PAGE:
Because loonshots are fragile, especially in their early stages, Bahcall emphasizes the importance of not giving up on them. As noted above, loonshots usually start off with flaws, and you should expect early failures.
Moreover, he points out that not all deaths are true deaths. Endo’s rat trials failed not because the drug was flawed, but because the test was flawed. (Shortform note: Plus, some deaths have nothing to do with the idea’s merit. The medical establishment was shortsighted in rejecting Endo’s ideas out of hand, and the big studios were wrong in their predictions about Bond’s commercial appeal.)
Loonshots Evolve Into Franchises
Another important characteristic of loonshots is that they are distinct from what Bahcall calls franchises. A loonshot is an innovative new idea. A franchise is the steady, reliable growth and incremental improvement of an established idea. Bahcall gives the example of film franchises, and we can also think of fast food franchises. When an organization is in the franchise phase, it iterates on an established product and follows a predetermined business plan.
|Does “Loonshots” Mean the Same Thing as “Disruptions”?|
The concept of loonshots and the dichotomy between loonshots and franchises is reminiscent of ideas from a number of other business and technology writers. Perhaps the most familiar parallel to the loonshot/franchise model is Clayton Christensen’s theory of disruptive innovations and sustaining innovations. According to Christensen, sustaining innovations are those that provide incremental improvement to an already-existing market, whereas disruptive innovations fundamentally change the market or open up a new one.
Bahcall is careful to point out that the two types of loonshots (product and strategic) don’t correspond to this earlier idea of sustaining and disruptive innovations, and that’s a fair point. But he also dismisses the idea of disruptive innovation as a whole, arguing that not all disruptive technologies follow the market trajectories that Christensen describes and that you can’t always predict which innovations are going to be disruptive. His ultimate stance is that businesses shouldn’t build their strategies around trying to be disruptive because that is too nebulous and uncertain a goal. Instead, he argues that his loonshot rules let businesses innovate by challenging their ingrained habits and beliefs.
Despite Bahcall’s objections, there is a parallel between the loonshot/franchise model and the disruptive/sustaining model. If anything, we might see Bahcall as adding an important nuance to disruption theory. Whereas Christensen is concerned with how some businesses sustain markets until others disrupt them, Bahcall describes how both loonshot practices and franchise practices can exist within the same business.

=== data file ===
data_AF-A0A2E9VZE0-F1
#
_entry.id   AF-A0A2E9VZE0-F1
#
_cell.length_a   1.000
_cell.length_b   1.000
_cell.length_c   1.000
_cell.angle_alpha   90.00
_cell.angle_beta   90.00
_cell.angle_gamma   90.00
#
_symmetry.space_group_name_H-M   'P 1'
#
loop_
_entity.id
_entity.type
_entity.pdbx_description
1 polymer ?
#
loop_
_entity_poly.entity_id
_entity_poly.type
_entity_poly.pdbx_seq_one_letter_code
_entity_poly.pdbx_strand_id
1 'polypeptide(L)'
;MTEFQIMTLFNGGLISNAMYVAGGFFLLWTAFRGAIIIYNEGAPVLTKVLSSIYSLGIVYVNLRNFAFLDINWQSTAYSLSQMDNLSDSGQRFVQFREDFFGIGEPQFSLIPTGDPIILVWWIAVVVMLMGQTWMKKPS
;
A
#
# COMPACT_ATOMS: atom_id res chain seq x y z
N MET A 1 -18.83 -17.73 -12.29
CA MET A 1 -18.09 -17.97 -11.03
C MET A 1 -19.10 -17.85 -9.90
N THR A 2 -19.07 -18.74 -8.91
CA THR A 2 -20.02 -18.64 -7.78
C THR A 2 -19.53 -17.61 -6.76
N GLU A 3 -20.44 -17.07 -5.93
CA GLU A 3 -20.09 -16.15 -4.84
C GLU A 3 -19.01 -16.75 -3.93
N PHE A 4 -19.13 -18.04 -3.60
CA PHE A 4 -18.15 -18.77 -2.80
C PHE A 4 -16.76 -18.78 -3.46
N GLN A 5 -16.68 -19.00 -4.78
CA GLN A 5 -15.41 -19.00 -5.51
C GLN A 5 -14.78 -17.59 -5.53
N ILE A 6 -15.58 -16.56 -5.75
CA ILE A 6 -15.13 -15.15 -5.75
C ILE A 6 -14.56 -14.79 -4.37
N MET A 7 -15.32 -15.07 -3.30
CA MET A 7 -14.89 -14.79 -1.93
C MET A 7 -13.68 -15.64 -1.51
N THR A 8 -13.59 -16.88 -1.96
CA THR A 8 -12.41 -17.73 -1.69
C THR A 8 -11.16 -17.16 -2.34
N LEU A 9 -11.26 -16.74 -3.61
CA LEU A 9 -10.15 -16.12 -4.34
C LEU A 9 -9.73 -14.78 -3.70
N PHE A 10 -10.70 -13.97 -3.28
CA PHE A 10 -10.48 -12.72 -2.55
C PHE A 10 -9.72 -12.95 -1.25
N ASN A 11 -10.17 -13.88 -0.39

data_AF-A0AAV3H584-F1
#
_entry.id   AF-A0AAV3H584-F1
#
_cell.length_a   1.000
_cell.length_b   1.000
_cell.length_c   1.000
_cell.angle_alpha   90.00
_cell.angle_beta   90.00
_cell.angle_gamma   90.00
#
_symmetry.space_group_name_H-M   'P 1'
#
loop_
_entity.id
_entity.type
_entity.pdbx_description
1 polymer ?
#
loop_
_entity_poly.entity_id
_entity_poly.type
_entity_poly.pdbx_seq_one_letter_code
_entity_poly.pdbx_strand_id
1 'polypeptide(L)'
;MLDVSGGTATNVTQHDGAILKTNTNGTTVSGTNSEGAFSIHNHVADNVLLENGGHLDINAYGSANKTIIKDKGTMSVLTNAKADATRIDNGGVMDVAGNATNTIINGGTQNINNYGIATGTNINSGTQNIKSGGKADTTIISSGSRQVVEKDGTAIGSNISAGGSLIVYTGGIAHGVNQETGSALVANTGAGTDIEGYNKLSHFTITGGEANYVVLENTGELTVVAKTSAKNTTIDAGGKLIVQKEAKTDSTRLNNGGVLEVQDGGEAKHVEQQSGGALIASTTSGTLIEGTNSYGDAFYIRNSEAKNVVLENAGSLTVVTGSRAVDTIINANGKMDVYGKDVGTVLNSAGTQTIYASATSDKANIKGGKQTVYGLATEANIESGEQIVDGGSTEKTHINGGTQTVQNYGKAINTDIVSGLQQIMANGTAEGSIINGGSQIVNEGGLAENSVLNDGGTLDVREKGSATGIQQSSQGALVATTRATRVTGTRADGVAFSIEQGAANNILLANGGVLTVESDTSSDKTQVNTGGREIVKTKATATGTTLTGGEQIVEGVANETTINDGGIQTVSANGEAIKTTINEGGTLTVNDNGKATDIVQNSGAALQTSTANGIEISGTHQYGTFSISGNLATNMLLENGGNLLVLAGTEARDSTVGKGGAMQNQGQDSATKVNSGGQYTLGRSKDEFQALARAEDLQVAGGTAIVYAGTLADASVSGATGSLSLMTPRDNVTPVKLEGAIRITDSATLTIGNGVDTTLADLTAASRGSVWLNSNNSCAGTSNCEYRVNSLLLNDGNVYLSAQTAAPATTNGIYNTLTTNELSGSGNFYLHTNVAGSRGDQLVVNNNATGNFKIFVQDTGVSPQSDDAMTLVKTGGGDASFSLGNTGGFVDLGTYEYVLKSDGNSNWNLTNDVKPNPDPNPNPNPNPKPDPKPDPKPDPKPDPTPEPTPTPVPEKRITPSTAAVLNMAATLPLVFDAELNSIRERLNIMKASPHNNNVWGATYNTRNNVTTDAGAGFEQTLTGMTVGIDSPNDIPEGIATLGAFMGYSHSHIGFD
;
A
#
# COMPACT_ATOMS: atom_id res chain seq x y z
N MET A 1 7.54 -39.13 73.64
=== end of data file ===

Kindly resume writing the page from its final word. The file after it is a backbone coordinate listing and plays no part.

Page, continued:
Furthermore, Bahcall suggests that loonshot and franchise practices can exist in steady symbiosis in some industries, rather than in the cycle of status quo-disruption-status quo that Christensen describes. For instance, Bahcall explains that the pharmaceutical industry depends on an ongoing relationship between small, innovative biotech startups who develop new drugs and the large pharmaceutical corporations who eventually market the finished products.
Bahcall points out that a loonshot can evolve into a franchise. This happens when a business begins with an original creative idea (the loonshot) which eventually solidifies into a consistent business plan, development cycle, and so on (the franchise phase). To return to the example of Ford, after the strategic innovation of assembly line methods, the company shifted to the franchise phase, focusing on consistent production cycles and gradual development of their vehicles rather than constant dramatic innovation.
A final, crucial observation Bahcall makes is that both loonshots and franchises can exist within the same organization. He argues that by following his four rules, an organization can remain innovative at any size. (Shortform note: In contrast, it’s practically a business cliché that startups and small companies are nimble and innovative whereas big companies are steady but inflexible. That’s why so many business books focus on how to break a new idea into the mainstream or how to keep innovating once you’ve grown.)
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Like what you just read? Read the rest of the world's best book summary and analysis of Safi Bahcall's "Loonshots" at Shortform .
Here's what you'll find in our full Loonshots summary :
- How some of the world's biggest inventions started as "loonshots," or crazy ideas
- The four rules for nurturing a loonshot
- How organizations can keep innovating no matter how big they grow